Posts filed under 'Pelf'

1942: Robert “Rattlesnake” James, the last man hanged by California

Add comment May 1st, 2016 Meaghan

(Thanks to Meaghan Good of the Charley Project for the guest post. -ed.)

On this date in 1942, red-haired Robert S. James became the last man judicially hanged in the state of California. He’d earned the noose three times over. The press called him “the Diamondback Killer” or “Rattlesnake James”.

“Robert James,” records Robert Keller in his book 50 American Serial Killers You’ve Probably Never Heard Of, Volume Five, “must rank as one of the most creative killers in the annals of American crime. Not content with such mundane methods as shooting, stabbing or strangling, James resorted to such inventive devices as auto wrecks, drowning and rattlesnake bites.”

James’s cunning homicides and his proclivity for cross-country travel meant his crimes went unnoticed for years.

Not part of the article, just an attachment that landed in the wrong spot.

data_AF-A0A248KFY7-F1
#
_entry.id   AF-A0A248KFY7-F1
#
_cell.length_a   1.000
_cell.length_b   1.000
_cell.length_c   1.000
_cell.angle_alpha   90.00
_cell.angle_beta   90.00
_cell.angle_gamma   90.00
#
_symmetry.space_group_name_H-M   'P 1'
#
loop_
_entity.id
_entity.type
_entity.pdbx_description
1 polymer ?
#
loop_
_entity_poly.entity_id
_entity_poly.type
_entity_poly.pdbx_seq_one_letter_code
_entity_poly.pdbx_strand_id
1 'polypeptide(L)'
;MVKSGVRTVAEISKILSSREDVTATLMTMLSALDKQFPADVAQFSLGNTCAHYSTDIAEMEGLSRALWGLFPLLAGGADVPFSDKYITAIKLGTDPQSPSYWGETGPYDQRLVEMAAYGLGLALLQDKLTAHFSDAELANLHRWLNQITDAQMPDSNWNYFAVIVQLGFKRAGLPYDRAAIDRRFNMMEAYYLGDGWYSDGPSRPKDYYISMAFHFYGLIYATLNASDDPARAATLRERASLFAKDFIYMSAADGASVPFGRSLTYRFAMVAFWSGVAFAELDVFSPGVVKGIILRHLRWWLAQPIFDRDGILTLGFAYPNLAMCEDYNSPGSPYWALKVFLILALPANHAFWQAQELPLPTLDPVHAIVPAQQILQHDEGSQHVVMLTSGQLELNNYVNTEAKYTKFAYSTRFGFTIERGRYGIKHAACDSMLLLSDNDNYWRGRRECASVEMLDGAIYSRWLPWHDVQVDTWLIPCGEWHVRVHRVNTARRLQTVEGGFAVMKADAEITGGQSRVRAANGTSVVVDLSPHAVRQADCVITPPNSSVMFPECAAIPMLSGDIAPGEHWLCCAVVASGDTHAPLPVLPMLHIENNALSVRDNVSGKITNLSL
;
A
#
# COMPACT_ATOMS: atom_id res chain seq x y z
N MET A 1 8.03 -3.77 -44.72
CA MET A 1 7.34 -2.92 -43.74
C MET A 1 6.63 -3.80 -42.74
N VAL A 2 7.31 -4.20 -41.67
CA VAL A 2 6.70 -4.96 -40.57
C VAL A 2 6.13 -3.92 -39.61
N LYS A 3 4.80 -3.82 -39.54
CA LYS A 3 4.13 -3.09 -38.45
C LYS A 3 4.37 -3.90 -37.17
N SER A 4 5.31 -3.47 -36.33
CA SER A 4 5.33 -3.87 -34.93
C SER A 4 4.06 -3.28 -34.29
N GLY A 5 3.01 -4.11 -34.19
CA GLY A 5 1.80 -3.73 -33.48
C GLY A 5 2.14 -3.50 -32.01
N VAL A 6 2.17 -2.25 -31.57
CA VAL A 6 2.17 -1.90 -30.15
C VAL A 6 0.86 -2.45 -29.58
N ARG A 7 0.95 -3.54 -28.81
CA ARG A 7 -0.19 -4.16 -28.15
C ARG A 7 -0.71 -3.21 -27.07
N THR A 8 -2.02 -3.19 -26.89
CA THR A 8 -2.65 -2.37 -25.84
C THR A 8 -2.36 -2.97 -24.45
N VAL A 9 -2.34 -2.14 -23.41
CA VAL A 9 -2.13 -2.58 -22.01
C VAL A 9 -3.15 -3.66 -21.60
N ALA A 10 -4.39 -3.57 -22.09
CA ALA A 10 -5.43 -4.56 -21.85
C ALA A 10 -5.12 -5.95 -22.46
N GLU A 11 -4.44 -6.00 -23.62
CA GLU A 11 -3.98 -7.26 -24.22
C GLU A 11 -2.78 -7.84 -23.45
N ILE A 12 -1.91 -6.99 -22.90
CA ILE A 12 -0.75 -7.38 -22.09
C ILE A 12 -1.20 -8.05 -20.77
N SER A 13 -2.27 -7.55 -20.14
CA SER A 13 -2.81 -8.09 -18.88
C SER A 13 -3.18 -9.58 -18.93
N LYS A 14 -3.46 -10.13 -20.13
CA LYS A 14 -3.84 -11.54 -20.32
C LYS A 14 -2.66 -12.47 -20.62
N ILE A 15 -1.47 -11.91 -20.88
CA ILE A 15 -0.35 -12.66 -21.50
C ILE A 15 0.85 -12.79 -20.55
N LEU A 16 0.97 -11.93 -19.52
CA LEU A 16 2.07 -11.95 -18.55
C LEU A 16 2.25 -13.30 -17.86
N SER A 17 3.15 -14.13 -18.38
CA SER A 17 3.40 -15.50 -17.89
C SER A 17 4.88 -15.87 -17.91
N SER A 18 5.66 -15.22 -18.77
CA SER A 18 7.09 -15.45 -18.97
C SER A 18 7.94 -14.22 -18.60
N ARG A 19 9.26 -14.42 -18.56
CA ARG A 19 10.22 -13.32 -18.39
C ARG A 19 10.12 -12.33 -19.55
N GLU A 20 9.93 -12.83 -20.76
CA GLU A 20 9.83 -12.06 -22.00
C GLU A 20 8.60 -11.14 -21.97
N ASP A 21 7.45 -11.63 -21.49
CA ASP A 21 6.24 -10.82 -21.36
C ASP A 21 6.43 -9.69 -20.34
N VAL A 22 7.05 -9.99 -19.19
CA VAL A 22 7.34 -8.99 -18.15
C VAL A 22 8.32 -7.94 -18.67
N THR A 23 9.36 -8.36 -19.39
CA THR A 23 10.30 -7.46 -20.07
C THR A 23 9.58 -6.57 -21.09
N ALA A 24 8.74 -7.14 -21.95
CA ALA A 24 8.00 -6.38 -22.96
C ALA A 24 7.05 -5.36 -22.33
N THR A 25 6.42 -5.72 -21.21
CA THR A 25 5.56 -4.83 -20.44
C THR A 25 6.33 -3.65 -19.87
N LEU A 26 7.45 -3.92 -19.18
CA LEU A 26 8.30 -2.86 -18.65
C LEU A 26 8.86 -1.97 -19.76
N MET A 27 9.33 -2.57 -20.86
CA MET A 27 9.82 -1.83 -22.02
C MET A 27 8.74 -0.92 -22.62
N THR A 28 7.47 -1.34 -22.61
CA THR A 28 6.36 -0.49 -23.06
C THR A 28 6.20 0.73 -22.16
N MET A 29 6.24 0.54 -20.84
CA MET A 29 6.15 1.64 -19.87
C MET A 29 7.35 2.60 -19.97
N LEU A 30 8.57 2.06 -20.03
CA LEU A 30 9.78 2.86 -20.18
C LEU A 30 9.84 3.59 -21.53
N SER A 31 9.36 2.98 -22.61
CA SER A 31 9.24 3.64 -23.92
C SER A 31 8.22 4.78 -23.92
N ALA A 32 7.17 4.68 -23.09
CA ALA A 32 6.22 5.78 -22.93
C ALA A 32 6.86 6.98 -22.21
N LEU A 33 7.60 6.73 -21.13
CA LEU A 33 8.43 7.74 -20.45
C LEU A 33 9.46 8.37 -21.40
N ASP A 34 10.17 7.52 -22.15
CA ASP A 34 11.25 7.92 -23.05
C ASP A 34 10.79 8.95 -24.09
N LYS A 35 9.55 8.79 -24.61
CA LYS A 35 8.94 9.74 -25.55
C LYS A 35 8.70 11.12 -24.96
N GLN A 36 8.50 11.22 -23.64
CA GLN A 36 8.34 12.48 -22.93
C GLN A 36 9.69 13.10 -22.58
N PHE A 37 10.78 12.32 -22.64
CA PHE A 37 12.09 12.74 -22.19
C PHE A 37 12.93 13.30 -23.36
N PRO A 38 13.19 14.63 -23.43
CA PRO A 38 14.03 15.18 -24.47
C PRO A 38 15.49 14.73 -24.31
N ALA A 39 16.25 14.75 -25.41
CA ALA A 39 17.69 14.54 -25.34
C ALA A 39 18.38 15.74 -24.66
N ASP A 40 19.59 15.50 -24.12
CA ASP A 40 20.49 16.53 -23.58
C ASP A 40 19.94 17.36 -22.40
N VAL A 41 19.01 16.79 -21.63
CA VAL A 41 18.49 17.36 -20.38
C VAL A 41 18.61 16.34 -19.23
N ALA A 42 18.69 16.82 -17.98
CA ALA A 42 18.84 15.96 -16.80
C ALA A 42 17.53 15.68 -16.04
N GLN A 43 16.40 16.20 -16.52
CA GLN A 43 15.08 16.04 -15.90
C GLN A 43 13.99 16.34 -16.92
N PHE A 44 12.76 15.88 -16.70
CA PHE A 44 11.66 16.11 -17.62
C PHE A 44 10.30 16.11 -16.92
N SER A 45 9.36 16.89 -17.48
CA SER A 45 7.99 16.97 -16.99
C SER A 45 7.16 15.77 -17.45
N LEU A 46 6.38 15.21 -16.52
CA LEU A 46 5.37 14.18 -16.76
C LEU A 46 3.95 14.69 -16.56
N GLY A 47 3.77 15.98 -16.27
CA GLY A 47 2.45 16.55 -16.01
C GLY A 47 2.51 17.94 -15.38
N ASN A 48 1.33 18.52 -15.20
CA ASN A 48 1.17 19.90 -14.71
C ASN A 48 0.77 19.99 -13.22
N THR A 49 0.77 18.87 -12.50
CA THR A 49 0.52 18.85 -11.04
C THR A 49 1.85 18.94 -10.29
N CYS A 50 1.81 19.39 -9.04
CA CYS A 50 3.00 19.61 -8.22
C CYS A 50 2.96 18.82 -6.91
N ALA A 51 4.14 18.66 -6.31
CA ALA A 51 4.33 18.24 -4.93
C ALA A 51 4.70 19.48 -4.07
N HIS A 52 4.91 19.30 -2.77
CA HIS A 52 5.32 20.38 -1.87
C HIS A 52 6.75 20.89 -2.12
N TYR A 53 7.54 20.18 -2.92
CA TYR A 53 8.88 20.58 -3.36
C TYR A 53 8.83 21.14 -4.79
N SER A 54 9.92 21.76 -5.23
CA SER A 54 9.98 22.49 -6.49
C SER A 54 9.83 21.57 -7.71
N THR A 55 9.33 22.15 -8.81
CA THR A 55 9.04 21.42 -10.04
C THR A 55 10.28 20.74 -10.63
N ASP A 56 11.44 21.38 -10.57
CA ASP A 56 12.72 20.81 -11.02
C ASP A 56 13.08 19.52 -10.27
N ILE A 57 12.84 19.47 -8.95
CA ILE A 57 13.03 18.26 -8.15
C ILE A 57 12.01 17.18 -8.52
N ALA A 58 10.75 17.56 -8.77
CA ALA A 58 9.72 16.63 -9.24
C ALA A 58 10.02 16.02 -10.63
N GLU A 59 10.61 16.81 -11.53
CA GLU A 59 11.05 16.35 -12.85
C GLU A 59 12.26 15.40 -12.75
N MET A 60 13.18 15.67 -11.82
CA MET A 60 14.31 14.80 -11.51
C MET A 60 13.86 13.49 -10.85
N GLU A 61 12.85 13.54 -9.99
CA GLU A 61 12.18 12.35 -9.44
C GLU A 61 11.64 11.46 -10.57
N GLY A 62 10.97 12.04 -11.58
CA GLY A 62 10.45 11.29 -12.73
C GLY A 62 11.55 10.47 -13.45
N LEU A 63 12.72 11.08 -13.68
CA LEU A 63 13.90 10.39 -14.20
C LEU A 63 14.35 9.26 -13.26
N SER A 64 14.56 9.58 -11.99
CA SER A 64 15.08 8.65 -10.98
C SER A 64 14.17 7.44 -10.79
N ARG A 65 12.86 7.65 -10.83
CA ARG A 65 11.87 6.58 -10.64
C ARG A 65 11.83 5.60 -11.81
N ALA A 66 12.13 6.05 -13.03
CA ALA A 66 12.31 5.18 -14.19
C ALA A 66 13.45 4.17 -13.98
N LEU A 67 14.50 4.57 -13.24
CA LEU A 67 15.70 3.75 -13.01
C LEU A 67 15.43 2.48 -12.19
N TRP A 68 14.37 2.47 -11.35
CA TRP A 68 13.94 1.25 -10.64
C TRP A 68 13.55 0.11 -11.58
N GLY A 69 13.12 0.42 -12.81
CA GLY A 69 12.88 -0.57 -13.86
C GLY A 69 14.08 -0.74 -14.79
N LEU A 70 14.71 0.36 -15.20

Born Major Raymond Lisenba in 1895, he seemed destined to a hardscrabble life of Alabama sharecropping like his parents until his brother-in-law paid for him to go to Birmingham and attend barbering school.

In 1921, at age 26, Lisenba married. His wife quickly left him, however, and filed for divorce, citing extreme cruelty. James moved to Kansas and married again, and began an affair with a young local girl. He made her pregnant, and after her father showed up at his barbershop with a shotgun, Lisenba skipped town and moved to Fargo, North Dakota, abandoning wife no. 2. He also changed his name.

From here on out, he goes by Robert S. James.

In 1932, “Robert” married Winona Wallace and took out a life insurance policy on her. After three months of wedded bliss, they went on an outing to climb Pike’s Peak. During the journey, though, the couple was in a single-car accident and Winona sustained a serious head injury, while her husband was completely unharmed: he had jumped out of the out-of-control vehicle just before impact.

The police who responded for some reason thought nothing of the bloodstained hammer they noted in the car’s back seat.